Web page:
Sales of luxury U.S. homes fell 17.8% year over year during the three months ending April 30, the largest drop since the onset of the coronavirus pandemic sent shockwaves through the housing market. By comparison, sales of non luxury homes fell 5.4%. That’s according to an analysis of luxury real estate trends from Redfin, the technology-powered real estate brokerage. The analysis divides all U.S. residential properties into price tiers based on Redfin Estimates of homes’ market values and defines luxury homes as the most expensive 5% of homes in each metro area.
The luxury market is cooling as soaring interest rates, a tepid stock market, inflation and economic certainty put a damper on demand. For a luxury buyer, a higher mortgage rate can mean a monthly housing bill that’s thousands of dollars more expensive. The year-over-year cooldown is also a reflection of the market for high-end homes coming back to earth following a nearly 80% surge in sales a year ago.
Luxury-sales growth began to slow in the spring and summer of 2021 amid an extreme shortage of high-end properties for sale, which restricted how many homes could be sold. Although the inventory crunch has started to ease, the shortage of luxury homes on the market is still likely contributing to the drop in luxury sales.
“The pool of people qualified to purchase luxury properties is shrinking because the stock market is falling and mortgage rates are rising,” said Elena Fleck, a Redfin real estate agent in West Palm Beach, FL. “The good news for buyers is the market is becoming more balanced and competition is easing up. Of course, that doesn’t help the scores of Americans who have been priced out altogether.”
Rising interest rates have triggered a slowdown in the housing market as a whole in recent weeks. The average 30-year fixed mortgage rate was 5.23% during the week ending June 9, down slightly from a 2022 peak of 5.3% but still significantly higher than 3.11% at the end of last year. Mortgage rates for jumbo loans, the type most luxury borrowers use, have also been surging. The rate on a 30-year jumbo loan was 5.06% as of June 8, up from 3.23% at the end of 2021.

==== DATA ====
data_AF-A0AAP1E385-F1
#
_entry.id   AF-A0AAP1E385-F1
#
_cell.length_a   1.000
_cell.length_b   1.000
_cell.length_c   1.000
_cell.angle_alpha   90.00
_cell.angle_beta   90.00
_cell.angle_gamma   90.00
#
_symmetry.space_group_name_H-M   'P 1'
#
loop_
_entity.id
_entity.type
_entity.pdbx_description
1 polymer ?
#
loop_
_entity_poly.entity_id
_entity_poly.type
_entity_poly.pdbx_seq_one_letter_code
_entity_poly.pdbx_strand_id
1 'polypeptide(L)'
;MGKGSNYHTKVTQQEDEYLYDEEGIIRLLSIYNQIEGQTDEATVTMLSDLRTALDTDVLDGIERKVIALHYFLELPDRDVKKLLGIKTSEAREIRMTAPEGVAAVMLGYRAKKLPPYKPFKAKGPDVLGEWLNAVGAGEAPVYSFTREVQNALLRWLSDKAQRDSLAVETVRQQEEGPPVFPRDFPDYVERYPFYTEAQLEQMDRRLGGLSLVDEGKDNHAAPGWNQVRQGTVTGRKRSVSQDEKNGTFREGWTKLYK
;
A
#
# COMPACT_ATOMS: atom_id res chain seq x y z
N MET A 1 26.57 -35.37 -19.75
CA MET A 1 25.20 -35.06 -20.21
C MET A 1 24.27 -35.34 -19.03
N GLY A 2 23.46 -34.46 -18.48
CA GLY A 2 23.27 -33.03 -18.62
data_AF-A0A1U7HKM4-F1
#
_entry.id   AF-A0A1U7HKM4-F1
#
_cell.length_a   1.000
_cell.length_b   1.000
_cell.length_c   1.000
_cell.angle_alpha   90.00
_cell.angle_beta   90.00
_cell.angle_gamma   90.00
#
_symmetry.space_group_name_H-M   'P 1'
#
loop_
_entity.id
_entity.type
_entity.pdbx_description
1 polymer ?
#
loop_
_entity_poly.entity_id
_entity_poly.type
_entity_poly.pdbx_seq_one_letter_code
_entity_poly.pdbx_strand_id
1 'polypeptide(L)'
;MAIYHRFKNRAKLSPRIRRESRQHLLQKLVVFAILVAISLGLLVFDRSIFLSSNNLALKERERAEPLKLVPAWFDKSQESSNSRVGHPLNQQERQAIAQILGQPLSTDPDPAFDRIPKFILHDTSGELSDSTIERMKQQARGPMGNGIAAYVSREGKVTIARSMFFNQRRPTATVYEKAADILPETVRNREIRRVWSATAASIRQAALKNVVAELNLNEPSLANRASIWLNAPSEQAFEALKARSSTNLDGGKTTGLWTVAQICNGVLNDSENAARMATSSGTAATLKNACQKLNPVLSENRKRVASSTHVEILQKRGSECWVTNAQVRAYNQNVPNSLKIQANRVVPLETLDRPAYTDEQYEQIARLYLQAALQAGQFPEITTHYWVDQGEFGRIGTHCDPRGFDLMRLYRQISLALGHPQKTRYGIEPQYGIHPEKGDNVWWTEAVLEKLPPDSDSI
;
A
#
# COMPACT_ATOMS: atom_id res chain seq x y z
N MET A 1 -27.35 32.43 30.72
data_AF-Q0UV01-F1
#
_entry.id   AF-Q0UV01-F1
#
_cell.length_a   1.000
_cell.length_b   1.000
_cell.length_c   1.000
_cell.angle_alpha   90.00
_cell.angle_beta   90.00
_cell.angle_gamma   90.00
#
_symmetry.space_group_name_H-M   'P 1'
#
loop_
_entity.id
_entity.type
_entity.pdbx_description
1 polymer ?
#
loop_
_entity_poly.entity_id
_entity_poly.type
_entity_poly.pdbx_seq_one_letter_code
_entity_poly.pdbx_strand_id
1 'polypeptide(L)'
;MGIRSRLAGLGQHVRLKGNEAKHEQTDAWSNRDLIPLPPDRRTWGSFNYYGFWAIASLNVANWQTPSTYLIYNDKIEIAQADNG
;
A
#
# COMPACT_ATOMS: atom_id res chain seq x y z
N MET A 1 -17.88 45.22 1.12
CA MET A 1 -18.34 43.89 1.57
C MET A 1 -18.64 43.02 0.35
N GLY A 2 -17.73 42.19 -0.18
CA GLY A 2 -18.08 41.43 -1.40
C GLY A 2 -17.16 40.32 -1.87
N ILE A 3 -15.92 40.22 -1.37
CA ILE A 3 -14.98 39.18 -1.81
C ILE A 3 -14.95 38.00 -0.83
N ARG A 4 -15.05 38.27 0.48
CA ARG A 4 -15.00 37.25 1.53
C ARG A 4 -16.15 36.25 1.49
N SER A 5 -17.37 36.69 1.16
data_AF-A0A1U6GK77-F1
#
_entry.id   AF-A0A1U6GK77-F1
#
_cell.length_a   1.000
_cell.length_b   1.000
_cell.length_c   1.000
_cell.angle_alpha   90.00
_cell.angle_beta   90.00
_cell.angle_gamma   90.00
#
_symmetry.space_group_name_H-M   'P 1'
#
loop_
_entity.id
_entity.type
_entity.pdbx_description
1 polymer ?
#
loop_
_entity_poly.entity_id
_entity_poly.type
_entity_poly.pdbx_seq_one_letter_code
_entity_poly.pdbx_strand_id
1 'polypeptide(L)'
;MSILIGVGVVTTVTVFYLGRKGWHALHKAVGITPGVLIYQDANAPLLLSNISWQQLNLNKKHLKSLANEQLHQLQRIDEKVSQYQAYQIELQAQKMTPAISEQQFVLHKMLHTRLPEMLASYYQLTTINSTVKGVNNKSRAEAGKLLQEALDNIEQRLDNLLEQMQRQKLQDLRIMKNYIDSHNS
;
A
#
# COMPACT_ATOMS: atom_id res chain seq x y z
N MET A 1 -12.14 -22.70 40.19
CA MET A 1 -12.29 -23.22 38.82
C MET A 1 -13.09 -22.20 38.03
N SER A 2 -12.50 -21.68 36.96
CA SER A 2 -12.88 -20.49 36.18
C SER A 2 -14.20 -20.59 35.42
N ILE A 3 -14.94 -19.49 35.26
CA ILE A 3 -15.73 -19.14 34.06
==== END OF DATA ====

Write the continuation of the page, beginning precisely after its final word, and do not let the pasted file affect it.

“I had one seller in Delray who went under contract on their home for over $2 million in March, right in the middle of an interest-rate hike,” said Fleck. “The buyers backed out because they realized their mortgage payment would rise by more than $3,000 per month with the higher interest rate. They could no longer afford the house comfortably.”
Luxury-Home Prices Are Still Surging, But Not as Quickly as a Year Ago
The median sale price of luxury homes rose 19.8% year over year to $1.15 million during the three months ending April 30—roughly the same growth rate as non luxury homes. While that’s still above pre-pandemic levels of less than 10%, it’s down from a peak of 27.5% in the spring of 2021.
The High-End Inventory Crunch Is Easing as Luxury Listings Rise for First Time This Year
The inventory crunch in the high-end housing market is easing as the drop in sales leaves more homes available for purchase. The supply of luxury homes for sale fell 12.4% year over year during the three months ending April 30. That compares with a record decline of 24.6% during the summer of 2021, when there was still intense demand for high-end homes. The supply of non luxury homes fell 8.4% during the three months ending April 30.
An increase in new luxury listings is one reason overall luxury supply isn’t falling as sharply as it was last year. New listings of luxury homes rose 1.1% year over year during the three months ending April 30, the first increase since summer 2021.
Metro-Level Highlights: Luxury Homes Sales Fall Sharply on Long Island, Increase in New York City
- Home sales: Luxury home sales fell in all but one of the top 50 metros. The biggest decline was in Nassau County, NY (-45.3% YoY), followed by Oakland, CA (-35.1%), Dallas (-33.8%), Austin, TX (-33%) and West Palm Beach, FL (-32.8%). The only increase was in New York (+30%).
- Prices: The median sale price of luxury homes rose in all of the top 50 metros. It was up the most in Tampa, FL (+33% YoY), followed by San Diego (+31.4%), Jacksonville, FL (+31.2%), Nashville (+30.3%) and Fort Worth, TX (+29.4%).
- New listings: New listings of luxury homes increased in 16 of the top 50 metros. The biggest gain was in Warren, MI (+32.2% YoY), followed by New York (+31.1%), San Antonio (+22.8%), Detroit (+22.3%) and Nashville (+18.4%). The biggest declines were in Oakland (-28.4%), Los Angeles (-27.6%), Anaheim, CA (-25.2%), San Francisco (-24.9%) and San Jose, CA (-23.6%).
- Supply: Active listings of luxury homes dropped in all but five of the top 50 metros. The biggest declines were in Anaheim (-38.7% YoY), Los Angeles (-36.1%), Miami (-33.7%), San Jose (-32%) and Oakland (-31.3%). The metros that saw increases were San Antonio (+22.4%), Warren (+15.1%), Columbus, OH (+7.3%), Detroit (+4.7%) and Nashville (+0.1%).
The full report, complete with charts and data for the 50 largest metro areas may be found here.